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AMD To Offer G Series Embedded Solutions Next Year

AMD will offer the G series embedded solution beginning next year, integrating its low-power x86 architecture with the high-power parallel-compute engine GPU.

AMD said on Tuesday it will offer the new G series embedded platforms early next year, as part of its Fusion strategy based on the development of accelerated processor units (APUs).

G-series is AMD's brand name for the company's eBrazos platform. AMD announcedat its annual Financial Analyst Day last week that Brazos would ship in the first quarter of 2011. The embedded platform is expected to augment the company's 64-bit embedded CPU/chipset business, which AMD says has enjoyed 350 percent growth over the last three years.

"In 2011, AMD will introduce its Brazos APU platform to drive down costs, offering a smaller, lower-power, lower-cost solution with exceptional graphics," Cameron Swen, senior product marketing manager at AMD, said in an interview with CRN.

The Brazos APU integrates AMD's low-power x86 architecture with the high-power parallel-compute engine GPU, creating a flexible, scalable solution.

"A lot of embedded systems don't require graphics. For embedded apps that want good compute capabilities without the graphics, Open CL and other software applications can leverage that high-performance GPU," Swen said.

In addition to the G series, AMD's Fusion strategy determines much of its product roadmap over the next year.

"We're looking to offer a broad range of embedded solutions that leverage APUs. The R series solution due out next year will leverage our Llano APU," Swen said. "Also on our product roadmap for next year is our next Opteron product for servers, which leverage embedded applications."

AMD's offerings can be OEM-branded and will sell through typical distribution channels for the semiconductor market. Swen said that among applications of the Brazos platform, those relevant to the channel include SMB storage devices and digital signage solutions.

As examples of embedded applications utilizing Opteron, Swen cited enterprise-class storage, multi-disk arrays, military navigation systems, and medical imaging technology.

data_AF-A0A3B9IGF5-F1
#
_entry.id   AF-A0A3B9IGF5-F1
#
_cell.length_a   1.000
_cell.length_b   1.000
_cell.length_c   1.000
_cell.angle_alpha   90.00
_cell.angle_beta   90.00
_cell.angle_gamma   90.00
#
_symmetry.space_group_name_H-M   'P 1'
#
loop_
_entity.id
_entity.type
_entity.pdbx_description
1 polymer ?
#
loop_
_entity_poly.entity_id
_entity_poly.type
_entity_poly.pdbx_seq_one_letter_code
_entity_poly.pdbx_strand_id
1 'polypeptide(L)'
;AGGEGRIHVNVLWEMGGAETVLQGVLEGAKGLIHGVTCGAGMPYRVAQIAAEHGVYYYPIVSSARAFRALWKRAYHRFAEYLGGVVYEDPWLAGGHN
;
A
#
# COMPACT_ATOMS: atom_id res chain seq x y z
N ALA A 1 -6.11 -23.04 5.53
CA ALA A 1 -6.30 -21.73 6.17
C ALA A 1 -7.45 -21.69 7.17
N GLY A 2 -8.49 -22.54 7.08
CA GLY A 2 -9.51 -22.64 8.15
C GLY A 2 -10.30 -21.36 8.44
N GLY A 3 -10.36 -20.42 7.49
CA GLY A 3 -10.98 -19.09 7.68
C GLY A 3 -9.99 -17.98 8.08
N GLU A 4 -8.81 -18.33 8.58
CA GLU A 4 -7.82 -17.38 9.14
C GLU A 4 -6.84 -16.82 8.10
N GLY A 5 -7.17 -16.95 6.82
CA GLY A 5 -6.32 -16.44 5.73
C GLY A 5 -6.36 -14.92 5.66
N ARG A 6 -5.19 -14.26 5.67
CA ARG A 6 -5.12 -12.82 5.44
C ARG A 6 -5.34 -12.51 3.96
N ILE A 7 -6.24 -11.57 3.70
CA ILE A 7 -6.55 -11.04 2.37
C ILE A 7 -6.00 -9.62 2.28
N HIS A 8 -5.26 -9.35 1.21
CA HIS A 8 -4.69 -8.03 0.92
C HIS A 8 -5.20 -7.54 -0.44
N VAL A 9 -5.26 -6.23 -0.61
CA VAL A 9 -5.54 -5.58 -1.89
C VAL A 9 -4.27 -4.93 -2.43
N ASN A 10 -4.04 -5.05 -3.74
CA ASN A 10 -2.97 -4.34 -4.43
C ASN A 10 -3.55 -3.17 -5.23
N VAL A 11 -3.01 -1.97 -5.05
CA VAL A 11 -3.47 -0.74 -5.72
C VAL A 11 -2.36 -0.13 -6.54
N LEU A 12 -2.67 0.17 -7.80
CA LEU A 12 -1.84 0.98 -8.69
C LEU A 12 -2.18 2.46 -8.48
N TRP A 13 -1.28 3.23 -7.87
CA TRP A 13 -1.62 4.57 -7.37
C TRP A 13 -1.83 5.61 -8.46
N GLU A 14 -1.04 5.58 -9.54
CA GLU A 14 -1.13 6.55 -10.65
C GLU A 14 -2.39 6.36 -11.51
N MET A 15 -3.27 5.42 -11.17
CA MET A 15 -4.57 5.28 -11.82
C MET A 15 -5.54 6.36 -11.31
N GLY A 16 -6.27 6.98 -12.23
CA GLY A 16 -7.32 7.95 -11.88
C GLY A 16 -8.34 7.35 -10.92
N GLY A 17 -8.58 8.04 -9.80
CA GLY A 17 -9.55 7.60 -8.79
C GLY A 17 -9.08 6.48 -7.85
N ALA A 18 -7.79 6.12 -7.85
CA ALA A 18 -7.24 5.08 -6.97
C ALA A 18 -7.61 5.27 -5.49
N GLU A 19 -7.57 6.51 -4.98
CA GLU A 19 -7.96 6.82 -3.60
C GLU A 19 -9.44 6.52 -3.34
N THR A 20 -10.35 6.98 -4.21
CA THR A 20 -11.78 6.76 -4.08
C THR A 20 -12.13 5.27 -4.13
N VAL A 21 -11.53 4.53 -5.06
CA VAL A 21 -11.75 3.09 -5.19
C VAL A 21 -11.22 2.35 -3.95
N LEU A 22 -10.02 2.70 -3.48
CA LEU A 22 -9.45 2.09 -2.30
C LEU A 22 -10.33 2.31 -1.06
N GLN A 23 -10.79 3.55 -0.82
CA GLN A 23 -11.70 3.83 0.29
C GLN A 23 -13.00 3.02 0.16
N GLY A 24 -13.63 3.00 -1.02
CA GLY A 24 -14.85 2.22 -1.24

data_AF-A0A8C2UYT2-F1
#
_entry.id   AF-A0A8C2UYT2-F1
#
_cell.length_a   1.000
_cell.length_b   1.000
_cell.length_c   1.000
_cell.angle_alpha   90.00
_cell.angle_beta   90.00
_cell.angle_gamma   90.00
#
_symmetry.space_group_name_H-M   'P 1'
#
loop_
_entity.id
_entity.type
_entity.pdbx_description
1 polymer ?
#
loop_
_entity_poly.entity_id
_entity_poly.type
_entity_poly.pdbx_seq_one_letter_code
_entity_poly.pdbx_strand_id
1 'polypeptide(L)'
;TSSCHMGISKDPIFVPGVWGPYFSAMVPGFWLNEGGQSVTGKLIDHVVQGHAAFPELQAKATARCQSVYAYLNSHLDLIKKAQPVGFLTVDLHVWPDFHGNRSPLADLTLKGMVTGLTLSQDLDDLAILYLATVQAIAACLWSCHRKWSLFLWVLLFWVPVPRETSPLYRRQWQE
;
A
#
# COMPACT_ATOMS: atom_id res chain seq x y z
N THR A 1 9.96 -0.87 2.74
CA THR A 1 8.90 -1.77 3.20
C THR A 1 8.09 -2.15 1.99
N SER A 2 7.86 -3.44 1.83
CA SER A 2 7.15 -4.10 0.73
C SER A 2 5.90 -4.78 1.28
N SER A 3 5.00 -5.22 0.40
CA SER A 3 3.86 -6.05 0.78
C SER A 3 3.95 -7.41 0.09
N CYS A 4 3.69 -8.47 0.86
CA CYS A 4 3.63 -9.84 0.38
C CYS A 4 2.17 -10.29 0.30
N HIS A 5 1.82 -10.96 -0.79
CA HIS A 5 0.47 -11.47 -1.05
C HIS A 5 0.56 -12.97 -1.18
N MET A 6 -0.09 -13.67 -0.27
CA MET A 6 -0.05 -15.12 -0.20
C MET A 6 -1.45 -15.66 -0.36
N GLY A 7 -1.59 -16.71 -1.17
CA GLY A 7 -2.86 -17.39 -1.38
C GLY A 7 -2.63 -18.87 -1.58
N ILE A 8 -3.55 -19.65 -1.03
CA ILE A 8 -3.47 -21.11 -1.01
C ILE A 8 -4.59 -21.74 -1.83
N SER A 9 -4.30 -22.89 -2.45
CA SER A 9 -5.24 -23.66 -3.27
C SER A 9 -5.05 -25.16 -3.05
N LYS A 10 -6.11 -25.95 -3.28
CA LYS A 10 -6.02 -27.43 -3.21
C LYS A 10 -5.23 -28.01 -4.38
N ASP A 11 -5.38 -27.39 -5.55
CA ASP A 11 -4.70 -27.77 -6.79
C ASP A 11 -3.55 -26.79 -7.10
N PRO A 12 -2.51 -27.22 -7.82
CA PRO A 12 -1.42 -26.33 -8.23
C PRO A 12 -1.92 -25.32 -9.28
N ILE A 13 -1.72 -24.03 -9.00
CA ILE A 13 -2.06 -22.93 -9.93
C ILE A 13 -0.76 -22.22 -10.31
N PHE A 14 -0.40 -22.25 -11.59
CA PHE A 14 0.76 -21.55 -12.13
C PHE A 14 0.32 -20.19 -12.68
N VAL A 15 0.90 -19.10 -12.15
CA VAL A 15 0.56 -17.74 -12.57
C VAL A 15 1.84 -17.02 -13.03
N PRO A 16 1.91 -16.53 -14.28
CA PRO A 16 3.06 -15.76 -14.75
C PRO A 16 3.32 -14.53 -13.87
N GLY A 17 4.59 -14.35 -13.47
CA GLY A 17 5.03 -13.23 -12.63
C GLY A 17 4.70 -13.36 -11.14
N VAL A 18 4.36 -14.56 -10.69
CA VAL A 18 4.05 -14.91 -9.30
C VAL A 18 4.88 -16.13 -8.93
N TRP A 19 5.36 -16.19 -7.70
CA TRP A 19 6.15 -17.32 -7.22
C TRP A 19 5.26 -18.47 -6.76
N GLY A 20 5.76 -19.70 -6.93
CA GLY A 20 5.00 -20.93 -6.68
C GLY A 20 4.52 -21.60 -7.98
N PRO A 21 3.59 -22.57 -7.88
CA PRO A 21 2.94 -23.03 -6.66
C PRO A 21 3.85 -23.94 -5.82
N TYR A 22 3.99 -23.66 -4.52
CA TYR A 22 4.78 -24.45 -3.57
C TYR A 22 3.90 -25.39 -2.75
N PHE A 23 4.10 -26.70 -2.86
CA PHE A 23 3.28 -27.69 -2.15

"AMD serves a lot of different embedded markets. We have our desktop groups, our server groups and our embedded groups -- which accounts for anything that’s not a desktop, notebook, or server," Swen said.

He added that AMD's solutions offer the advantages of longevity and low power consumption.

"The embedded solutions are for customers that need something with long-term availability and reliability," Swen said. "It's for those whose PCs don't provide the desired product availability in the long-term. Over time, new products will come and replace it, whereas you can buy the same digital signage solution three years from now."

Next: The History Of AMD's Embedded Solutions


Though the G-series will help reduce the footprint and the form-factor of AMD's embedded solutions, the company is building on a legacy of x86 embedded systems.

"AMD has been in the market for embedded solutions for a very long time," Swen said. "Since the 2003 acquisition of the Geode Group National Semiconductor and the release of the AMD Geo LX processor -- a very successful embedded solution."

AMD acquired graphics specialist ATI in 2005, at which time it added embedded solutions to its chipsets alongside its x86 architecture. "AMD began offering complete system solutions for embedded applications," Swen said. "We're still delivering low-power solutions but with exceptional performance."

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